Waneta Lake is a small lake (3.5 miles long, .5 mile wide) in the Finger Lake region of New York located between the towns of Wayne and Tyrone.  It is only 6 miles from Hammondsport, NY which is a small town located at the southern end of Keuka Lake (one of the Finger Lakes). When we arrived Sunday evening I was pleased to see Waneta Lake was at a very “fishable” water level. The lake was closed to boaters the entire week prior to our trip due to heavy rain that resulted in very high water. The lake being closed this period would have given the fish plenty of time off from angling pressure, which we were thankful for.

Although we were there primarily to catch largemouth bass, it was also a slim option to catch smallmouth bass, chain pickerel, and muskie. This trip was truly the best largemouth bass fishing I have experienced, although I will admit I have a very limited amount of experience fishing for largemouth bass. I was very impressed in terms of both the quantity and quality of the fish we were catching. We did not necessarily catch any “lunkers”, but 14-17 inches was the average size of the fish we were catching. For those of you that have not fished for bass, you are missing out on a very hard fighting fish that can give you about everything you would ask for, size considering. I was not able to catch a muskie, but those of you that have fished for muskie are already aware that it is not for the faint of heart. I was able to catch chain pickerel, which was very new and exciting. I have never fished for chain pickerel before so it was cool to cross that species off of my bucket list. I am a true believer that having the ability and experience of catching many different species of fish will make a much more complete angler. If nothing else, this trip was a great change of pace from the trout grind that I have been hard after lately through guiding as well as my own personal time spent on the water.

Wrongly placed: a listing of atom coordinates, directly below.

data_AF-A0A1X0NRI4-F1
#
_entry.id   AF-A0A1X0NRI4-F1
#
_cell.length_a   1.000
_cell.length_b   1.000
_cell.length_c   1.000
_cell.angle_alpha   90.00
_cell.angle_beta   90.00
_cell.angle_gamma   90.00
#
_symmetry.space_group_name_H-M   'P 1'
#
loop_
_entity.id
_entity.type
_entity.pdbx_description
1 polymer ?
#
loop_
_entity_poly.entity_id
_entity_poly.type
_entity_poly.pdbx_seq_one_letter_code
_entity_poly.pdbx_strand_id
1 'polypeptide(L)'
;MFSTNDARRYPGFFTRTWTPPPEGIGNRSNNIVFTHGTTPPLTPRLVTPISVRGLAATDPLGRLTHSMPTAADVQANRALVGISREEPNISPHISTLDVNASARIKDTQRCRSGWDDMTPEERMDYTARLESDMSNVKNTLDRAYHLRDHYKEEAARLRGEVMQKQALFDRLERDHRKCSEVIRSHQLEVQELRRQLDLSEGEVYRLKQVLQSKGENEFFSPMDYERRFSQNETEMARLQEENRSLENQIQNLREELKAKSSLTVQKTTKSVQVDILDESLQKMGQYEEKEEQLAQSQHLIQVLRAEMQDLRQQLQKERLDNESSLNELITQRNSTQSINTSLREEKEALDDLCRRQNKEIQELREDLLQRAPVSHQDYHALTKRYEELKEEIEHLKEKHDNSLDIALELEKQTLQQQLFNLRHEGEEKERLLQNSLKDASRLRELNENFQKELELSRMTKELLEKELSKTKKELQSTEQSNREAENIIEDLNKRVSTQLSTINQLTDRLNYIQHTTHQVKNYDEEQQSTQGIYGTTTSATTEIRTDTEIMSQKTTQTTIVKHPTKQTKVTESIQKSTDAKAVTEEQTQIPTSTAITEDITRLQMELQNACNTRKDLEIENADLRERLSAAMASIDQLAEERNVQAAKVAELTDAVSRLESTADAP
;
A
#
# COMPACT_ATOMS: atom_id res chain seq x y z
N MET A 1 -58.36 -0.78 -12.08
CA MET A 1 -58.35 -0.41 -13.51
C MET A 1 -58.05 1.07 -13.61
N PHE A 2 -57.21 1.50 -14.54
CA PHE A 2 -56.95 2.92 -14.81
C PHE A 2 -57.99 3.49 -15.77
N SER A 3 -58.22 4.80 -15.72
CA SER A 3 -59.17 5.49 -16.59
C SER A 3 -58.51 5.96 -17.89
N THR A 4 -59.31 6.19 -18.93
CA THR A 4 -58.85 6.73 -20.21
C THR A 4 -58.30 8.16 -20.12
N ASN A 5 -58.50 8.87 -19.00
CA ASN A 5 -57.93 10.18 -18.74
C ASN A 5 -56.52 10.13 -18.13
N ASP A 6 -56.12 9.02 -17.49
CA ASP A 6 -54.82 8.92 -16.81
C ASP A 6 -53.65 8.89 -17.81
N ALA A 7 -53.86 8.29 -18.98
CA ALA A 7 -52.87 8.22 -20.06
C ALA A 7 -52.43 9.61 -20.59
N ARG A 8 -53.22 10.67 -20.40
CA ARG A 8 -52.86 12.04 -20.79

The best tactic I found for the largemouth bass of Waneta Lakewas fishing Bass Pro Shop Stick-O Worms Texas Rigged around weeds, docks, and points on the edges of the lake (This has proven to be successful in every lake I have fished for largemouth bass). I prefer fishing these worms still with a twitch every second or so with no weight added to the line. If this method does not seem to be the best I prefer adding a 1/32 bullet shot weight 6 inches above the worm and practicing a jigging action with the worm. Although I carry a wide variety of the colors, I found Houdini, Sprayed Grass, Sure Things, Watermelon Red Flake, Smoke Purple Flake, and Baitfish colors to be the best, in both 3″ and 4-1/4″ sizes. I have gotten to the point where I have settled on fishing Bass Pro Shop Rods exclusively. They do absolutely everything I have ask them to and are a joy to fish. While using the Stick-O worms I prefer to fish the Bass Pro Shop Johnny Morris CarbonLite Rod in a 6′ 6″ Medium Light Action.

Along with a great fishing trip, Watkins Glenn State Park is only located around 30 minutes from where we stayed so we decided to spend an afternoon there. Walking through the gorge was a nice hike up (or down) 823 steps on a path full of beautiful scenery such as waterfalls and cascades. If you have never been to Watkins Glenn or any of the Finger Lakes, I would definetly recommend putting that on you to do list. The biggest problem that I had all week was that there may have been several days that I was “out-fished” by a girl. As far as I am concerned having your girlfriend catch more fish than you is a pretty good problem to have, so I was not too disappointed. As always, I had an awesome time fishing with her as well as her family. I owe a big thanks to her and her family for asking me to tag along. Below are some pictures from the trip, enjoy!